How to Prepare for Potential Questions

WRITTEN June 14, 2017 Author: Jen Glantz

The presentation is over and you think it went well. But now it is time to ask the dreaded “Are there any questions?”

We all know that preparation is key for any presentation you give. Whether that means spending time practicing out loud to a roomful of colleagues, or rehearsing in front of a mirror. Make sure to spend quality time with your material to ENSURE that you have confidence and credibility.

However, one area of your presentation that might raise anxiety is also the area hardest to practice – the Q & A session.

Here are a few ways you can prepare for questions:


After you have planned the content, look at it through the eyes of the audience. Try to anticipate different views or where they could need further clarification. Think about areas where they may ask for specific examples or elaboration. Create a possible question list with corresponding answers that you can practice.


Do a rehearsal of your presentation in front of others and ask them to write down any questions that they can think of while listening to your presentation. Chances are that many of their questions will be similar, or possibly even the same, as your “real” audience will have.


If your audience asks you to state a specific data point or definition of something and you are unsure, first acknowledge the person who asked the question with eye contact. Lean forward and talk about what you DO know related to the subject. Then, let them know that you will get back to them with the best possible answer after your presentation. You can even ask the crowd if anyone has dealt with this specific issue. It’s okay not to have the answer on the spot, but be sure to follow-up afterward.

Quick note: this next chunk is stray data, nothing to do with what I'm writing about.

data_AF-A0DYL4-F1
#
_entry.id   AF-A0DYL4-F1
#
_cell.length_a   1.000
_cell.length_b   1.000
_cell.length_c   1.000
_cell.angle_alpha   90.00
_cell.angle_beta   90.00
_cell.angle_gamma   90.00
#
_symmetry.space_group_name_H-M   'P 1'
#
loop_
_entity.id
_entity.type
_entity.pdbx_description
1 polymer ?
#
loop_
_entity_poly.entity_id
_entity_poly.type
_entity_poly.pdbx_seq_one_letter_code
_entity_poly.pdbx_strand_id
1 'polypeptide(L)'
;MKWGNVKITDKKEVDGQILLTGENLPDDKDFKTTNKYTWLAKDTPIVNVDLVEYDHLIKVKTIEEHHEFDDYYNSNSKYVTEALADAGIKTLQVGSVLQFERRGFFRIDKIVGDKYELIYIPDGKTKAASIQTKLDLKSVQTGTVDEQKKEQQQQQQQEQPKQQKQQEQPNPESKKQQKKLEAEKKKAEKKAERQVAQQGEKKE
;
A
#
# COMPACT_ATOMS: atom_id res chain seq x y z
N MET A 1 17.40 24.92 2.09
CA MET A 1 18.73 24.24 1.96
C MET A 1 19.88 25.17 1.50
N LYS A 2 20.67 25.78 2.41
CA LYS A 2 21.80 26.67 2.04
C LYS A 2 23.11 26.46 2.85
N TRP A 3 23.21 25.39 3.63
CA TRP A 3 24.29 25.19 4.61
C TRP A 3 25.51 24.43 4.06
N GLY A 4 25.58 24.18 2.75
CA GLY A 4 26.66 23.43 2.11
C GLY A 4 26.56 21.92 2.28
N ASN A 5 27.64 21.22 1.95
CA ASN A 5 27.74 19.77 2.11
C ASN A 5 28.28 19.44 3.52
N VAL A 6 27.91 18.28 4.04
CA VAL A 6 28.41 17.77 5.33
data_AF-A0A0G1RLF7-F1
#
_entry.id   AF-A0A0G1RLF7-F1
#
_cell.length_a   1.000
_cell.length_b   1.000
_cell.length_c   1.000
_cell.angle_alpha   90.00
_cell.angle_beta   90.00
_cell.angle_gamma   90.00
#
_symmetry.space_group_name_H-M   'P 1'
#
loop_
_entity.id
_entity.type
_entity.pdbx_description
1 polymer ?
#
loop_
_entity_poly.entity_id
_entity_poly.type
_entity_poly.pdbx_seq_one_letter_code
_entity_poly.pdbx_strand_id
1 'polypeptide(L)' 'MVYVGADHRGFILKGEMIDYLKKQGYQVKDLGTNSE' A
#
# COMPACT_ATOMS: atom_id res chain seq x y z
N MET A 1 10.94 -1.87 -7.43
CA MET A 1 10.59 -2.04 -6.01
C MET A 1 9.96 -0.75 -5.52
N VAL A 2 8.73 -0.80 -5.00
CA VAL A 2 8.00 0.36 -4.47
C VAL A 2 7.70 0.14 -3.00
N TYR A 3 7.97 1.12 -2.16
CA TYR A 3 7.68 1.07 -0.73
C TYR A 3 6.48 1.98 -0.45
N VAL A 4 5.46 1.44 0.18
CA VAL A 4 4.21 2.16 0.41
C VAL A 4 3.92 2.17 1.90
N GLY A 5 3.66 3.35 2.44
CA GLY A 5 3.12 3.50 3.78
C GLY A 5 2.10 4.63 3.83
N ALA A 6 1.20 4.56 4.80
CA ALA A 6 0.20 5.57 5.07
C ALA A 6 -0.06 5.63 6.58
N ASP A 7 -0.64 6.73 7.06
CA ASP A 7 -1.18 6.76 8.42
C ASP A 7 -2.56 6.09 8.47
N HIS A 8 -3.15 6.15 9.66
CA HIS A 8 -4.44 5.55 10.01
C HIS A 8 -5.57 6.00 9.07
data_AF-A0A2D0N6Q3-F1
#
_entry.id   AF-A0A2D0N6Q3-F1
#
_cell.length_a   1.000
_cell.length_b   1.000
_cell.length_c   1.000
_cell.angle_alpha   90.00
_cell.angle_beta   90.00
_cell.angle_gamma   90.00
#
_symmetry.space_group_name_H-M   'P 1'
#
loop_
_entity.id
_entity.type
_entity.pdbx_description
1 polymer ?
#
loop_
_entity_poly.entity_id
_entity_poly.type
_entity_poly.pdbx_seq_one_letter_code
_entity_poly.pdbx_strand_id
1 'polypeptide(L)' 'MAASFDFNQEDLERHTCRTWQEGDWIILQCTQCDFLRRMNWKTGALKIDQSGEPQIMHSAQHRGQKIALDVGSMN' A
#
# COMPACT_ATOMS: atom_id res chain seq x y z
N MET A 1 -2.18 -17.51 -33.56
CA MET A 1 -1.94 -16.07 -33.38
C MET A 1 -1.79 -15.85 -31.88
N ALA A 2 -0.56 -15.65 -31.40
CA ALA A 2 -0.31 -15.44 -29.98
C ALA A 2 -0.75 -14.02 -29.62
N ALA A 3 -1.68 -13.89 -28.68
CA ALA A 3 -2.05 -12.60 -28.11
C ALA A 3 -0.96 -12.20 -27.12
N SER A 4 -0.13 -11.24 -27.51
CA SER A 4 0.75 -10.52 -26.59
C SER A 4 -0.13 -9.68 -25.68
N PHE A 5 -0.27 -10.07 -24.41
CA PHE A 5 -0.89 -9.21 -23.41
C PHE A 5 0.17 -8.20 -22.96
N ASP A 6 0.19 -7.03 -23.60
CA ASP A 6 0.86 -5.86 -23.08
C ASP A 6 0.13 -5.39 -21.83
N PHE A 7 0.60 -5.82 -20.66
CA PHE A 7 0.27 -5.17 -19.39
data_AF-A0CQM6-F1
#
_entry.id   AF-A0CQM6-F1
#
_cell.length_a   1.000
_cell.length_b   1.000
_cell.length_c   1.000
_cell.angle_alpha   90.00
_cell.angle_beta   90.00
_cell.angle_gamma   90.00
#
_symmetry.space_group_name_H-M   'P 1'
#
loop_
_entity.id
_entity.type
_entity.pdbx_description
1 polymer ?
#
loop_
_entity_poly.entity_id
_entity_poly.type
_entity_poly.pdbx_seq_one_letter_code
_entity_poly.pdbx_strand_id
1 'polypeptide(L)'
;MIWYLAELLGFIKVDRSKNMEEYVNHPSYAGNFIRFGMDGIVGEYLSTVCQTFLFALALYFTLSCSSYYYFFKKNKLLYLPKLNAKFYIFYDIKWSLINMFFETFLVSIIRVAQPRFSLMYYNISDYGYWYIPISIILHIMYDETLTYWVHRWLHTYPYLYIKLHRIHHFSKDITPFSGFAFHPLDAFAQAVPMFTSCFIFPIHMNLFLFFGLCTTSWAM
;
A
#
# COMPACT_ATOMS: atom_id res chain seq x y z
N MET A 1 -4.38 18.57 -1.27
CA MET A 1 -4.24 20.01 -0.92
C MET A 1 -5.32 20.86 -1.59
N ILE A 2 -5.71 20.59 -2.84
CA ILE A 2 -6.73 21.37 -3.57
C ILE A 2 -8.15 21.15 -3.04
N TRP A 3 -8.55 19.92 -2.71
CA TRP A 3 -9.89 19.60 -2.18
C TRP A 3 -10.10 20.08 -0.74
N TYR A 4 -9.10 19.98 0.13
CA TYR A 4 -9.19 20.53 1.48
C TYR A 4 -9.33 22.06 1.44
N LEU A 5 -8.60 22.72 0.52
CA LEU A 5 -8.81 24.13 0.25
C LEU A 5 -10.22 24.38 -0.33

Building in time to practice and prepare for questions, just like you would practice with the contents of your presentation, is a key way to make sure that you are ready and able to provide additional information and examples that your audience might ask for.


Be mindful of time. If time runs out and you find that there are a lot of questions left, offer to continue the conversation online.

Provide your social media – whether it be LinkedIn, Twitter, or whatever you would like to use – and even have a specific #hashtag available to highlight your discussions.

This win-win lets you stay respectful of people’s time and still let everyone have their question answered, while promoting your social media.

This information is from our Public Speaking curriculum. If you’re looking for ways to improve your communication skills, register for one of our public classes.


Other Resources for handling Potential Questions:


How to Handle Questions During a Presentation (YouTube Video)

Guide for Handling Questions After a Presentation

Public Speaking Success Tips for Handling Question and Answer Session

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